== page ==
Wikileaks uses a revolutionary model of journalism in their attempt at making transformative changes to the complex societal framework we all live in- a framework that excludes and corrupts the rights of many human beings.
Any individual, organisation or movement that is successful in disrupting and displacing hegemonic power will experience attacks designed to discredit and ultimately to silence them. This is a complex element of how societal frameworks maintain themselves, and why we need to keep ever-vigilant in up-holding democracy. The smear-campaigns used as an attempt to dilute/distract from the work of Wikileaks are in some sense both a predictable consequence of and a sign of the importance of the ethical intent of the organisation. The propaganda model offered by Chomsky and Herman (read more about this at Wikipedia) explains this in some detail.
While it is important to not let the smear-campaigns distract us from the importance of the Leaks themselves, it is equally important to arm ourselves with facts that discredit the myths and slander that are being offered in the mainstream media.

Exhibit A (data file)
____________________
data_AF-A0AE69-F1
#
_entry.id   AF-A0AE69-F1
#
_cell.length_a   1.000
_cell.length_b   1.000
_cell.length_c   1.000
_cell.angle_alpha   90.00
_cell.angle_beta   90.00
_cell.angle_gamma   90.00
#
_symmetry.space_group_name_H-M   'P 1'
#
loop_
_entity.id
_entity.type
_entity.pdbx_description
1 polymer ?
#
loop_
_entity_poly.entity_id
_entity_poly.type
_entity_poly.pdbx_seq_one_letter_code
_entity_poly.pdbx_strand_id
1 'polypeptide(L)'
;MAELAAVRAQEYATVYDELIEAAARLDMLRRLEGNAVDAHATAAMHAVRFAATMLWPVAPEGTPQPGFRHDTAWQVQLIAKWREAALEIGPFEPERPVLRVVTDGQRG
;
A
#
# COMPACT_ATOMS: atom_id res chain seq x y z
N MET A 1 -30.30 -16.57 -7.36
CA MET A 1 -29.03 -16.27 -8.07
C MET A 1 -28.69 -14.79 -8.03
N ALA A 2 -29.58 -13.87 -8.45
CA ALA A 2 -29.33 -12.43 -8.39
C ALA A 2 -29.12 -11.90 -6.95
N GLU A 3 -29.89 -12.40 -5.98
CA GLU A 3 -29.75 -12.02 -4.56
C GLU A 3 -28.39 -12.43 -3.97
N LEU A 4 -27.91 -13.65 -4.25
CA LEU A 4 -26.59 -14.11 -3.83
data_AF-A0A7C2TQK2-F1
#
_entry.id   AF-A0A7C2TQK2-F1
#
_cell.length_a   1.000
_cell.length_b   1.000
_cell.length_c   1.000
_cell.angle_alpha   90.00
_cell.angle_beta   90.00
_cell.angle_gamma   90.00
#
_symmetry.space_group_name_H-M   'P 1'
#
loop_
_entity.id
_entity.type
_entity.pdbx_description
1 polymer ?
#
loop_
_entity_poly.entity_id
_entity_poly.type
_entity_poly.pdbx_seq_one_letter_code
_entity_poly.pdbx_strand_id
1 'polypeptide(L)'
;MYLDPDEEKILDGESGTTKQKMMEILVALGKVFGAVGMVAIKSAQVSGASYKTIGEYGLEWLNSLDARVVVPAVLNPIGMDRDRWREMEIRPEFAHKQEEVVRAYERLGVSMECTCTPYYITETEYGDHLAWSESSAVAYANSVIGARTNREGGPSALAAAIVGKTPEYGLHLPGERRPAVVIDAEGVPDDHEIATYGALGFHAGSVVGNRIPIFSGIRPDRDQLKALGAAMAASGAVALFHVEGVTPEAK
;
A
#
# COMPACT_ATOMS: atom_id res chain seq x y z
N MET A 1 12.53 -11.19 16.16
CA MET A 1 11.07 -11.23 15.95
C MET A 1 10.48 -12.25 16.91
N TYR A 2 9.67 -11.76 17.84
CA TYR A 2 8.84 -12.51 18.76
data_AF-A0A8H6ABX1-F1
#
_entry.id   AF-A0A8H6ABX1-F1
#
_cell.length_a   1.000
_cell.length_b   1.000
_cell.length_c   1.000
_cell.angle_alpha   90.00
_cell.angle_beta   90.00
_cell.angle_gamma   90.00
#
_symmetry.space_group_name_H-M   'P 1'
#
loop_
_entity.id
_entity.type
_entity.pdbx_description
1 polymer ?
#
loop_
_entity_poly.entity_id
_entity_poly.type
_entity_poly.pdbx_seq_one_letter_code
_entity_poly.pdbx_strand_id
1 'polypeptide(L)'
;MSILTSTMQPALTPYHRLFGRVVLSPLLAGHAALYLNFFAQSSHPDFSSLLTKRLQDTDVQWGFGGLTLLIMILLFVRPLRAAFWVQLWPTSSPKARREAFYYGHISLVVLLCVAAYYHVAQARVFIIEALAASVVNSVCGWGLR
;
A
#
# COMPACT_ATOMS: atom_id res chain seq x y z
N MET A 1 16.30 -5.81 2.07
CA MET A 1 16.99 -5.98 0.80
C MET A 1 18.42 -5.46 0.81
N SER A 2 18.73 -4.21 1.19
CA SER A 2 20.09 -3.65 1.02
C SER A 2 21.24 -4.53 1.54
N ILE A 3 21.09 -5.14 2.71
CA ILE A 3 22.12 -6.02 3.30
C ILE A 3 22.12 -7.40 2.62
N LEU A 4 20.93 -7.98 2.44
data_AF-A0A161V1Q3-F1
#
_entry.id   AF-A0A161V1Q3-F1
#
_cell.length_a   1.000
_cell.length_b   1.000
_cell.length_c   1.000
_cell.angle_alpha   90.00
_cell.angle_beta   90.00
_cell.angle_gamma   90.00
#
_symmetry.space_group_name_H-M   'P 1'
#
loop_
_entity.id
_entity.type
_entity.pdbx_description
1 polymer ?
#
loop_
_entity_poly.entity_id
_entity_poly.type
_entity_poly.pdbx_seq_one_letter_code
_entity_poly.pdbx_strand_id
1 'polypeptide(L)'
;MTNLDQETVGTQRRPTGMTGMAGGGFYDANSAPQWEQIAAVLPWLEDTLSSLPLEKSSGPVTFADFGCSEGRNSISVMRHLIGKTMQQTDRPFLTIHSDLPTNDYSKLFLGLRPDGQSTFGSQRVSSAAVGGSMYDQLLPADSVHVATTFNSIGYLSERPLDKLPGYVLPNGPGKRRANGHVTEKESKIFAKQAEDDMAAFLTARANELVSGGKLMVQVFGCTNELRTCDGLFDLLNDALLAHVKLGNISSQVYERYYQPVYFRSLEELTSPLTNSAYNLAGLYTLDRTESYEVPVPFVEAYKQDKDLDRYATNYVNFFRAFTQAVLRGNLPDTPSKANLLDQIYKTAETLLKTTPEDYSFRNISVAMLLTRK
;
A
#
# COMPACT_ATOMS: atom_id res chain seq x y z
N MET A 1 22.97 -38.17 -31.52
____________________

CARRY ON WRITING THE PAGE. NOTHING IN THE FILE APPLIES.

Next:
Much of the attack on Wikileaks have come via personal attacks on Julian Assange, as editor in chief and main public front for Wikileaks. The manner in which this case is being handled, both by the Swedish Judicial system and the mainstream media, points heavily to the politicisation of events which Julian Assange himself disputes.
You can find factual evidence that counter the smear attacks here:
– Christine Assange’s Talking points
– Common misconceptions of the Assange case at Wikileaks Central
– Submission to the Leveson Inquiry
– Agreed facts: AssangeVSweden
What you can do
Once you have acquainted yourself with as much information as possible about Wikileaks, the Assange case and the criticisms, the most important thing you can do is form your own opinion. Your next step should be to share this opinion with others- open dialogue is a democratic necessity.
Steps you can take to counter the smears:
– make sure you correct factual inaccuracies; even if you are not taking a definitive stance on whether Wikileaks is of cultural importance it is vital that we deal in facts rather than mythology. Intellectually we are all that much stronger when we are held accountable for the accuracy of our beliefs.
– write to your local/national newspaper and pick them up on inaccuracies
– consider writing your own article on your website/blog countering the smears
– ‘retweet’ and ‘like’ tweets and posts that rectify inaccuracies among your followers/friends
– consider using your school/college/university assignments as opportunities to explore the mainstream reactions to movements such as Wikileaks